Yiddish proverbs and sayings

Yiddish is a historical language that has its origins in Central Europe, with historians dating it back to the ninth century. In the centuries that have followed, Yiddish has been used by Jewish people in their prominent texts, at ceremonies, and to preach sermons and deliver messages. In the present day, Yiddish is mainly spoken by Orthodox Jews and elders, but the many proverbs that have been written in centuries gone by still retaining much of their meaning and relevance to Jews all over the world.

While many of the proverbs were initially written in Yiddish, they have been widely translated into English, which enables not only Jews to take meaning from them, but people of all religions and creeds. So whether you’re celebrating an upcoming bar mitzvah or looking for inspiration for your studies or career path, Yiddish proverbs could prove inspiring and relevant to you. Many of the phrases written in Yiddish capture the promise of the human spirit, as well as the importance of following a strong moral and ethical code guided by God. They’re undeniably a great source of comfort and inspiration to many.

  • A fool says what he knows, and a wise man knows what he says.

  • A friend you have to buy; enemies you get for nothing.

  • Better a steady dime than a rare dollar.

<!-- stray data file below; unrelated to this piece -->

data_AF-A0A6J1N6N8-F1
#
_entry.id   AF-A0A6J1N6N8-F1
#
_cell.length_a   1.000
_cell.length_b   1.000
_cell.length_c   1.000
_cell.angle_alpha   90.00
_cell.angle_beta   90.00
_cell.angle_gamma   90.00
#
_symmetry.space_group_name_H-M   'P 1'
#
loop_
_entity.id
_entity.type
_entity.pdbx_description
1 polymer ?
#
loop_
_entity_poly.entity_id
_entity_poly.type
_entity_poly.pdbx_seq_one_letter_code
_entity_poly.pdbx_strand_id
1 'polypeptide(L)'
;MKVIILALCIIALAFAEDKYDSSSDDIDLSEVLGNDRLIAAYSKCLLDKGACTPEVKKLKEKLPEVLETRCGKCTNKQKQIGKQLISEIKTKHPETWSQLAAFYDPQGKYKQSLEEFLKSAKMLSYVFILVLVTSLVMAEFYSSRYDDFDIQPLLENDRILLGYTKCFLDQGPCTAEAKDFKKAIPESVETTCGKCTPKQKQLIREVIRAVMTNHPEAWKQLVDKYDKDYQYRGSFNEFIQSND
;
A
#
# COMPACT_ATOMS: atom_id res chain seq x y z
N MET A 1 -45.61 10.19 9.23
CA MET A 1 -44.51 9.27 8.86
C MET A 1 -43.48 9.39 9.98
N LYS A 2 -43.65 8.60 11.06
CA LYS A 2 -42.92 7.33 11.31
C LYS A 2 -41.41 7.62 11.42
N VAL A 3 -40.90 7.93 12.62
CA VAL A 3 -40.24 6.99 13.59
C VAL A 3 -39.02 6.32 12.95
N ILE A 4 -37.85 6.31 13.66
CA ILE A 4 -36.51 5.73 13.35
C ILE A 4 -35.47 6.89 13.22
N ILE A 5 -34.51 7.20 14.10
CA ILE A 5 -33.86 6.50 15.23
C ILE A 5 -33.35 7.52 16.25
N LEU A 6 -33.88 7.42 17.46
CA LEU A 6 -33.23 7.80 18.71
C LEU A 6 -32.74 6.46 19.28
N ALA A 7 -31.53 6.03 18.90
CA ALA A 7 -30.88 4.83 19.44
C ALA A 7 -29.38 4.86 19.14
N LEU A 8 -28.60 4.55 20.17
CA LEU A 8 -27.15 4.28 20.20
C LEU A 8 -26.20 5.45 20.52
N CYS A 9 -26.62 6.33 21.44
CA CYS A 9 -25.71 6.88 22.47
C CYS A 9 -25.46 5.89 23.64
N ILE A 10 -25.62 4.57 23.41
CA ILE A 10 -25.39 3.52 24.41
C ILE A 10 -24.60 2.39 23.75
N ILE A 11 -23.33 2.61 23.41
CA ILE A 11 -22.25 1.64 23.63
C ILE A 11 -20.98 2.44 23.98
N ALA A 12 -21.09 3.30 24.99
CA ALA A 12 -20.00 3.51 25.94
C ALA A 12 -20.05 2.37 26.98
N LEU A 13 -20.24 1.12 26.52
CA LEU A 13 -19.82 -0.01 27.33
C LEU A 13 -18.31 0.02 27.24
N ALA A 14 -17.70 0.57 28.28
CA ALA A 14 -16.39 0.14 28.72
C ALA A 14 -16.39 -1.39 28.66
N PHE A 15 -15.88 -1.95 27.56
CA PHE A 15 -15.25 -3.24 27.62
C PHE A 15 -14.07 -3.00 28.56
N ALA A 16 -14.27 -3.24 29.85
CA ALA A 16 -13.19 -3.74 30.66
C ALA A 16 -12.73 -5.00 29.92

• One old friend is better than two new ones.

  • Let it be worse, so long as it’s a change.

  • In a beautiful apple you sometimes find a worm.

  • Ask about your neighbors, then buy the house.

  • If a link is broken, the whole chain breaks.

  • If his word were a bridge, I'd be afraid to cross it.

  • If you can’t do what you like, you must like what you can do.

  • Thieves and lovers like the dark

  • Respect is like a shadow: the more you run after it, the further it runs away.

  • A shlemiel lands on his back, and bruises his nose.

  • If Fortune calls, offer him a seat.

  • A wise man hears one word and understands two.

  • The hat is fine but the head is too small.

  • Nobody sympathizes with you quite like your loved ones.

  • What you don't see with your eyes, don't invent with your mouth.

  • A clock that stands still is better than one that goes wrong.